(HealthDay News) — For patients with prediabetes, three-month sildenafil treatment improves insulin sensitivity, according to a study published online Nov. 18 in the Journal of Clinical Endocrinology & Metabolism.
Claudia E. Ramirez, M.D., from the Vanderbilt University School of Medicine in Nashville, Tenn., and colleagues examined whether chronic phosphodiesterase 5 inhibition with sildenafil improves insulin sensitivity and secretion without diminishing fibrinolytic function in a randomized, double-blind trial. Overweight individuals with prediabetes were randomized to treatment with sildenafil or matching placebo for three months (21 subjects in each arm). Before and after treatment, subjects underwent a hyperglycemic clamp.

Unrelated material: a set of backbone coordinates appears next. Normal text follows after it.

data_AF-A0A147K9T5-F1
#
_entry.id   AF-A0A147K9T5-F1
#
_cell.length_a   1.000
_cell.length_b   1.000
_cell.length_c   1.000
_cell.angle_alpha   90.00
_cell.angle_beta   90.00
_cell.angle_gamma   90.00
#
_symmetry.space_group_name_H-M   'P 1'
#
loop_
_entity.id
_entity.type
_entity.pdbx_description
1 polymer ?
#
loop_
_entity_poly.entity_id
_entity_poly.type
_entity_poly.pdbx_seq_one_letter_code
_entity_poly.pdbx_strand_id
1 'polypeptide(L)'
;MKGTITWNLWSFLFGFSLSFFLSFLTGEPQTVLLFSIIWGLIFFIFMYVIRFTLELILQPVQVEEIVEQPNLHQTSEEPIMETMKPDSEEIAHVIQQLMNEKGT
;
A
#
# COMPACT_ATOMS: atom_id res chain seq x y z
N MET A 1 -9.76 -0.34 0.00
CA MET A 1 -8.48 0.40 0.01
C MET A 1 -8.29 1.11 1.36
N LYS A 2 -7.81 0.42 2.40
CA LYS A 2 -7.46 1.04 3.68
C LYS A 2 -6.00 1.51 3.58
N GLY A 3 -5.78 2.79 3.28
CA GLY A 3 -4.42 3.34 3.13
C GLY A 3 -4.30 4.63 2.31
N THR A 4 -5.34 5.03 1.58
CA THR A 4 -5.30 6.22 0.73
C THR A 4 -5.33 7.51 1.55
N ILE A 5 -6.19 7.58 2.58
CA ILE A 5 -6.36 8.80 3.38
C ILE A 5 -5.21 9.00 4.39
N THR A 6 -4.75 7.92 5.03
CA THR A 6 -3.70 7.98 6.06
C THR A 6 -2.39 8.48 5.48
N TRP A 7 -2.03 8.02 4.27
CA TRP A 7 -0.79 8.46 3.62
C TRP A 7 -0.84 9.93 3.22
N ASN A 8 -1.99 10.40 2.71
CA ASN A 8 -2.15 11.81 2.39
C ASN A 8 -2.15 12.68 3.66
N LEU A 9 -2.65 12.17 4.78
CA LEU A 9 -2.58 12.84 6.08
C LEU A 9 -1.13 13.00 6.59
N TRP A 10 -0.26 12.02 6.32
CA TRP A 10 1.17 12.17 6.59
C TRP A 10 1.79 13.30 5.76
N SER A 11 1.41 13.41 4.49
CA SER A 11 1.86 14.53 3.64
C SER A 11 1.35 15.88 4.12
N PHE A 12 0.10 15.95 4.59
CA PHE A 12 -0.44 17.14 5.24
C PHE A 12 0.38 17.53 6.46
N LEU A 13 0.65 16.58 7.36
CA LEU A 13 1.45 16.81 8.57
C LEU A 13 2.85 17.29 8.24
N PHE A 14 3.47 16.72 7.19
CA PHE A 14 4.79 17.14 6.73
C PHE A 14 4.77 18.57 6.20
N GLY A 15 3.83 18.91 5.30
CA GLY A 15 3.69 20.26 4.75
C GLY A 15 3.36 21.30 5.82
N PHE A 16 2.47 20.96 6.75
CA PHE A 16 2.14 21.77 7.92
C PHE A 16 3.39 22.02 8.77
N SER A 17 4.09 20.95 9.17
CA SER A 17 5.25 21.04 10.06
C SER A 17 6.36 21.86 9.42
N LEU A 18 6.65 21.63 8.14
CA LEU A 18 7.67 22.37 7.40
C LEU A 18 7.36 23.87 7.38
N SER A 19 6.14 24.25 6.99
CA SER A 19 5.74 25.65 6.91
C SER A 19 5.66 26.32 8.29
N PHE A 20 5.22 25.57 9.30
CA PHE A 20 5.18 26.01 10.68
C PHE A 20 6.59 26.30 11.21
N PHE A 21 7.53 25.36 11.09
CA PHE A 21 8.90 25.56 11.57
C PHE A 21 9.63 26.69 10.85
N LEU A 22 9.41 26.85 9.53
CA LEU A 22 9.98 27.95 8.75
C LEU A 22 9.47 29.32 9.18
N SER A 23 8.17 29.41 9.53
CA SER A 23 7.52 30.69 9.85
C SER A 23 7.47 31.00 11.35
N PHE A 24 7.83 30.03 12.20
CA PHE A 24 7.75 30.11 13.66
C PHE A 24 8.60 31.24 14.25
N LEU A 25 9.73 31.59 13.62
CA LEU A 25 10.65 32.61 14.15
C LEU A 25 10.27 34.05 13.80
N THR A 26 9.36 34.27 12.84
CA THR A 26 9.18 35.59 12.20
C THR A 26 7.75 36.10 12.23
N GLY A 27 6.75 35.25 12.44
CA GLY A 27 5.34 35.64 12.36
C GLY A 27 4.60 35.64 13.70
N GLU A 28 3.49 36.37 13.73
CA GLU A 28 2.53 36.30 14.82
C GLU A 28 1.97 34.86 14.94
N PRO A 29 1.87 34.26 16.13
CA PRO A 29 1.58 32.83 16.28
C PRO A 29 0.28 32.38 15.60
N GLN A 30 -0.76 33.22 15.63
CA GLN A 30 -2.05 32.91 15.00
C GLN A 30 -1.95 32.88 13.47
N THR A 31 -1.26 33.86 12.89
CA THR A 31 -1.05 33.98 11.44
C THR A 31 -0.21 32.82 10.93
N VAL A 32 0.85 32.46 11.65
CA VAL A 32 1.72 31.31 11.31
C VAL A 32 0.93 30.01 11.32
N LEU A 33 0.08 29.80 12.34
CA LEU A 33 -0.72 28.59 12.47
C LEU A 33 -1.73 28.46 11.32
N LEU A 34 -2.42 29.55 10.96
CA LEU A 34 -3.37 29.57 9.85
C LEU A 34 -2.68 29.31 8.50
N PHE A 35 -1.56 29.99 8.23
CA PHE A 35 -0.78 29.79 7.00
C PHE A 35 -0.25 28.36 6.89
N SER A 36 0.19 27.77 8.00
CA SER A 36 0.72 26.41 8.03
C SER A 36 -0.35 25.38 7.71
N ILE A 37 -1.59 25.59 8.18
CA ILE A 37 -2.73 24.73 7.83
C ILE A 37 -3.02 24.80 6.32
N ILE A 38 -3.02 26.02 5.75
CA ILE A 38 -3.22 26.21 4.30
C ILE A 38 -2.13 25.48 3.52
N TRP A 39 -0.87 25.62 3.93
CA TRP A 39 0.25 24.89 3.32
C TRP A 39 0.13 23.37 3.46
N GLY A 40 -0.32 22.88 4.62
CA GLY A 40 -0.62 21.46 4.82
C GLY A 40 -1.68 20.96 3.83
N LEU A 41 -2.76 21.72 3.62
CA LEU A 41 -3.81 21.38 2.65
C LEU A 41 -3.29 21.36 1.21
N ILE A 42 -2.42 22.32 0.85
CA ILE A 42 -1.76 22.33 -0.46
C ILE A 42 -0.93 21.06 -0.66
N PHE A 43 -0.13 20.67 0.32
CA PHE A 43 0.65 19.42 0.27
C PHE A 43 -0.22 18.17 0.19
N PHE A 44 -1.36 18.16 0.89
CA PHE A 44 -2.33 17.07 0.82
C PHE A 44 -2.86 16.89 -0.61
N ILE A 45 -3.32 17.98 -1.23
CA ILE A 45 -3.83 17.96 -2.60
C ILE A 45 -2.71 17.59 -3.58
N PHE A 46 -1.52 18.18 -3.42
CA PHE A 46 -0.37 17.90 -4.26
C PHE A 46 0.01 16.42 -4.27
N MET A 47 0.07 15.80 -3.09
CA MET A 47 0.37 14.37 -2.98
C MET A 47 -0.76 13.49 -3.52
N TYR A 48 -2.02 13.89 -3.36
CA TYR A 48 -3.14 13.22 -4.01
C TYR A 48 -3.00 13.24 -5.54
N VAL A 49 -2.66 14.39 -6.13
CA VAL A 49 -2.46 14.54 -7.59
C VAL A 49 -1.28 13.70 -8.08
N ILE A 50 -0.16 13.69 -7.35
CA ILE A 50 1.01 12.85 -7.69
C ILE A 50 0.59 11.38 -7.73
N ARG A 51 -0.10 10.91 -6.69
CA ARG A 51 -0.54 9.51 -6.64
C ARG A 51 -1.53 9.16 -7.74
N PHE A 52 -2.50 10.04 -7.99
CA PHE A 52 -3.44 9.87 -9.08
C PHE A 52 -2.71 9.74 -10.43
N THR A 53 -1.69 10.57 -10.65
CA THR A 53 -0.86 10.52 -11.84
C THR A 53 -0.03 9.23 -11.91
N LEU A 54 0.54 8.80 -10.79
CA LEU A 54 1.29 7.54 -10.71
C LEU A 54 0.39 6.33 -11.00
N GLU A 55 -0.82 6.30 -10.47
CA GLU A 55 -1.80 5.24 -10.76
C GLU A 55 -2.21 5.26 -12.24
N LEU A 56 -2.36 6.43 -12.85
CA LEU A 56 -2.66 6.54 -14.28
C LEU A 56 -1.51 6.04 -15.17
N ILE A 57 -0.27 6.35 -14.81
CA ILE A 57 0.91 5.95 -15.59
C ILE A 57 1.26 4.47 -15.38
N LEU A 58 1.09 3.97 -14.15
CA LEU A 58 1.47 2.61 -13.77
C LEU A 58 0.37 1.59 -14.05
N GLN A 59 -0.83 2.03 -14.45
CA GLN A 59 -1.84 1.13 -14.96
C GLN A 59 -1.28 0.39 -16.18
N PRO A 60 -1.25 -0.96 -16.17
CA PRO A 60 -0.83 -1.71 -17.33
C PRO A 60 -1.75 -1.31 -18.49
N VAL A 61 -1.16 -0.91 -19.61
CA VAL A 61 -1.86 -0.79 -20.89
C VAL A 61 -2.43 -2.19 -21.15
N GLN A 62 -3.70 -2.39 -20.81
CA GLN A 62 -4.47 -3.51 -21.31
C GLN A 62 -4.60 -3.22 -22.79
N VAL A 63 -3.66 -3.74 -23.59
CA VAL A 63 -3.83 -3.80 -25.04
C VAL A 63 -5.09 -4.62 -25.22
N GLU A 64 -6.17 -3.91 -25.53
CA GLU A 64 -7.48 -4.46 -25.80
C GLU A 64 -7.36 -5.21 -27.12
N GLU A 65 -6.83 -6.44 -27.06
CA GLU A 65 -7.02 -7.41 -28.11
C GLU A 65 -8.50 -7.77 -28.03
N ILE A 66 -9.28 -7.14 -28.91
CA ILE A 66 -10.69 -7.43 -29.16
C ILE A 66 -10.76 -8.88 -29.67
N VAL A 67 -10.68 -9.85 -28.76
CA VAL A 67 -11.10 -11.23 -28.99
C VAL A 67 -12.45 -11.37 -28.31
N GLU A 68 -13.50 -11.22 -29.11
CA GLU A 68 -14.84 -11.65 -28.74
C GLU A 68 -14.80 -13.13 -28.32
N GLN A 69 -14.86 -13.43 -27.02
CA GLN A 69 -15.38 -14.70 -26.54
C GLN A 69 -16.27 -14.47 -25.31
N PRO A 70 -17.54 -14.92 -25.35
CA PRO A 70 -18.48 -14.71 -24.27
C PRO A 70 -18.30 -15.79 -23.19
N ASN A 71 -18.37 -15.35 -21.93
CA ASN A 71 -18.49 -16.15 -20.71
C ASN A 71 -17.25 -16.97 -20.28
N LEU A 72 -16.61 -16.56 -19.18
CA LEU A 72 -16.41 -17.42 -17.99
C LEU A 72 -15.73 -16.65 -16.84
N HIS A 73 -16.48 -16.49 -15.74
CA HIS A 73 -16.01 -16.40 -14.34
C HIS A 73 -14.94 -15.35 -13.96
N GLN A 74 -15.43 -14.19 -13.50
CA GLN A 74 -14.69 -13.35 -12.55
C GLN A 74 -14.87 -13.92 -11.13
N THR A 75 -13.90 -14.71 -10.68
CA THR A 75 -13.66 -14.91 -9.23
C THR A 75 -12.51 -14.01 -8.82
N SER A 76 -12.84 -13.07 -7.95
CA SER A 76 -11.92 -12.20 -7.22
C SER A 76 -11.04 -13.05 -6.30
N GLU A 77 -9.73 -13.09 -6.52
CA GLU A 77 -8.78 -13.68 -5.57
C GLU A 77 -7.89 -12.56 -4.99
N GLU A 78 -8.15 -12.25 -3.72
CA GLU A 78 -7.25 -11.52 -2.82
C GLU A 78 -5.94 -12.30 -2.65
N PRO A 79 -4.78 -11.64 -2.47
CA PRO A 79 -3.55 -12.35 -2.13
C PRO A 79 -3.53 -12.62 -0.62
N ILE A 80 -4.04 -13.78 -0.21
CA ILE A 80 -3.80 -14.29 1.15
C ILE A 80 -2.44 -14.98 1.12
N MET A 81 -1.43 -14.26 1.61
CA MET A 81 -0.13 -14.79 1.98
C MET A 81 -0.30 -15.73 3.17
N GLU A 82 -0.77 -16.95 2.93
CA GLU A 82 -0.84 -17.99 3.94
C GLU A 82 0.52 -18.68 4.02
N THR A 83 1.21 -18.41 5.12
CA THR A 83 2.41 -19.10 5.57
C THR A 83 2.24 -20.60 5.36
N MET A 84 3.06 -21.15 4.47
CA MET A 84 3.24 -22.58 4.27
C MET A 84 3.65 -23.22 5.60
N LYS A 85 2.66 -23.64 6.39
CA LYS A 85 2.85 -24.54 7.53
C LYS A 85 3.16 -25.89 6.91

The researchers found that after adjustment for baseline insulin sensitivity index and body mass index, the insulin sensitivity index was significantly greater in the sildenafil versus placebo group after three months (P = 0.049). Three-month treatment with sildenafil had no effect on acute- or late-phase glucose-stimulated insulin secretion (P > 0.30). Sildenafil treatment correlated with a decrease in plasminogen activator inhibitor-1 (P = 0.01), with no alteration of tissue-plasminogen activator. Sildenafil also reduced the urine albumin-to-creatinine ratio, in contrast to placebo; this effect persisted for three months after discontinuation of sildenafil.
“Three-month phosphodiesterase 5 inhibition enhances insulin sensitivity and improves markers of endothelial function,” the authors write.